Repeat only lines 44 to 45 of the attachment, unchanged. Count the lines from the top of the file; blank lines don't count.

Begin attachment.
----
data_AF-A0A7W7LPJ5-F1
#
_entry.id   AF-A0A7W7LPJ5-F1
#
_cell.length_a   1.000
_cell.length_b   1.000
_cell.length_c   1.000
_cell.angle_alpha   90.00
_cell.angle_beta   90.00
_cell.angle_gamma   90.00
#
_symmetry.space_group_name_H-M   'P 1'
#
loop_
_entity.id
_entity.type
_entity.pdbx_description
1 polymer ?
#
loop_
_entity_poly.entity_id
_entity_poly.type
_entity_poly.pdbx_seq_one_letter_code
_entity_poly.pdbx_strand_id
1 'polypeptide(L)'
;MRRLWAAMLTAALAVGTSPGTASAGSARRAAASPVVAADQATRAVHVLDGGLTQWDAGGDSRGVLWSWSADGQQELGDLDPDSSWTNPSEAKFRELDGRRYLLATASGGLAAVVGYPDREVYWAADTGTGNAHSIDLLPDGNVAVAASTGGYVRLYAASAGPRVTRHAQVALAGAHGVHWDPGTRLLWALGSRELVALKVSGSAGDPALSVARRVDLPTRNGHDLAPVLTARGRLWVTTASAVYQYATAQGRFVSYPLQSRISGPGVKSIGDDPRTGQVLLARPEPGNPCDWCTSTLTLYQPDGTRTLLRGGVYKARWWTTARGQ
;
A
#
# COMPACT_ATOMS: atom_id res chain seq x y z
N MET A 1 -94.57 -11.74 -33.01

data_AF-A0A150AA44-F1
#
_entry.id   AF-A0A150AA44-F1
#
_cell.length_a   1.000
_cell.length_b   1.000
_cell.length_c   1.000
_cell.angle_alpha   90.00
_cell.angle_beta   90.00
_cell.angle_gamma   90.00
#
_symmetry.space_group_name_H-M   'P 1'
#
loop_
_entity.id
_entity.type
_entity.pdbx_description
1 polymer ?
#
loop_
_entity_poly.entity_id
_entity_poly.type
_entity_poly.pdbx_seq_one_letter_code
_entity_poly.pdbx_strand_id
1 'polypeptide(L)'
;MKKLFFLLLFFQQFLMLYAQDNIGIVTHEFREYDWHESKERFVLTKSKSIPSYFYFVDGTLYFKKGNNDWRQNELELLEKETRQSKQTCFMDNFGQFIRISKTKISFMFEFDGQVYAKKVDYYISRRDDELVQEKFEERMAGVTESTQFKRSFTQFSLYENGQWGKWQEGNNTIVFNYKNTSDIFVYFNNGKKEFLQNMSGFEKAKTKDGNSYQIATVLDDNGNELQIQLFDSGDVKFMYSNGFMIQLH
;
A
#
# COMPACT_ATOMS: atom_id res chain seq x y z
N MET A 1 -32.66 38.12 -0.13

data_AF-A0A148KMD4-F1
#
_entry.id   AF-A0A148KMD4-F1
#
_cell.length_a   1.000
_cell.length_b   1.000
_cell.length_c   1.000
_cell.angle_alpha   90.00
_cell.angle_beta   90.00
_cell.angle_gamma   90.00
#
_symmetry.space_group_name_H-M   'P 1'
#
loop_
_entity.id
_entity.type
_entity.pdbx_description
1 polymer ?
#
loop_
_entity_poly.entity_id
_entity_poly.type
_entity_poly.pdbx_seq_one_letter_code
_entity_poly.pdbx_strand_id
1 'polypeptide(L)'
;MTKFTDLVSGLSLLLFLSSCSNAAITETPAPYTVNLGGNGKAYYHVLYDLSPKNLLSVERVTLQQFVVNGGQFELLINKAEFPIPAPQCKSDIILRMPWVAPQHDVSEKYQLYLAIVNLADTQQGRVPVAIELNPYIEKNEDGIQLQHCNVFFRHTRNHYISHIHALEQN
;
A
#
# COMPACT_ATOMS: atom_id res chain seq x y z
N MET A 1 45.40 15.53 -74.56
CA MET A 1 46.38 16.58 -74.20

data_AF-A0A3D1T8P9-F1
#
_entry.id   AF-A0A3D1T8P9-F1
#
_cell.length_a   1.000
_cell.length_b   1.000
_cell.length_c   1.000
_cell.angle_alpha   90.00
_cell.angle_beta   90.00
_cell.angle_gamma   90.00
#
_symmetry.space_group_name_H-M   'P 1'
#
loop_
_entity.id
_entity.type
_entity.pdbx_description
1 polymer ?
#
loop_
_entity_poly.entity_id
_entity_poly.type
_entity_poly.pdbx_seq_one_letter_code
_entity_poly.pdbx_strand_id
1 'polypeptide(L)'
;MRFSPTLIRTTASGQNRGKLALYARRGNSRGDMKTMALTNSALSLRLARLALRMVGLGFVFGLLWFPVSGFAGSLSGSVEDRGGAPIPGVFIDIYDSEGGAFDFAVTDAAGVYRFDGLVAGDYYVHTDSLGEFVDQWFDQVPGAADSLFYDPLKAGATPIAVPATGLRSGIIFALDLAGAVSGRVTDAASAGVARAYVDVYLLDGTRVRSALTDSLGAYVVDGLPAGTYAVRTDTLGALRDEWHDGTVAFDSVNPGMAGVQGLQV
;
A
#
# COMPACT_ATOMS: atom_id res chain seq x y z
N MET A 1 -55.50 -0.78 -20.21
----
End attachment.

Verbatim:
#
loop_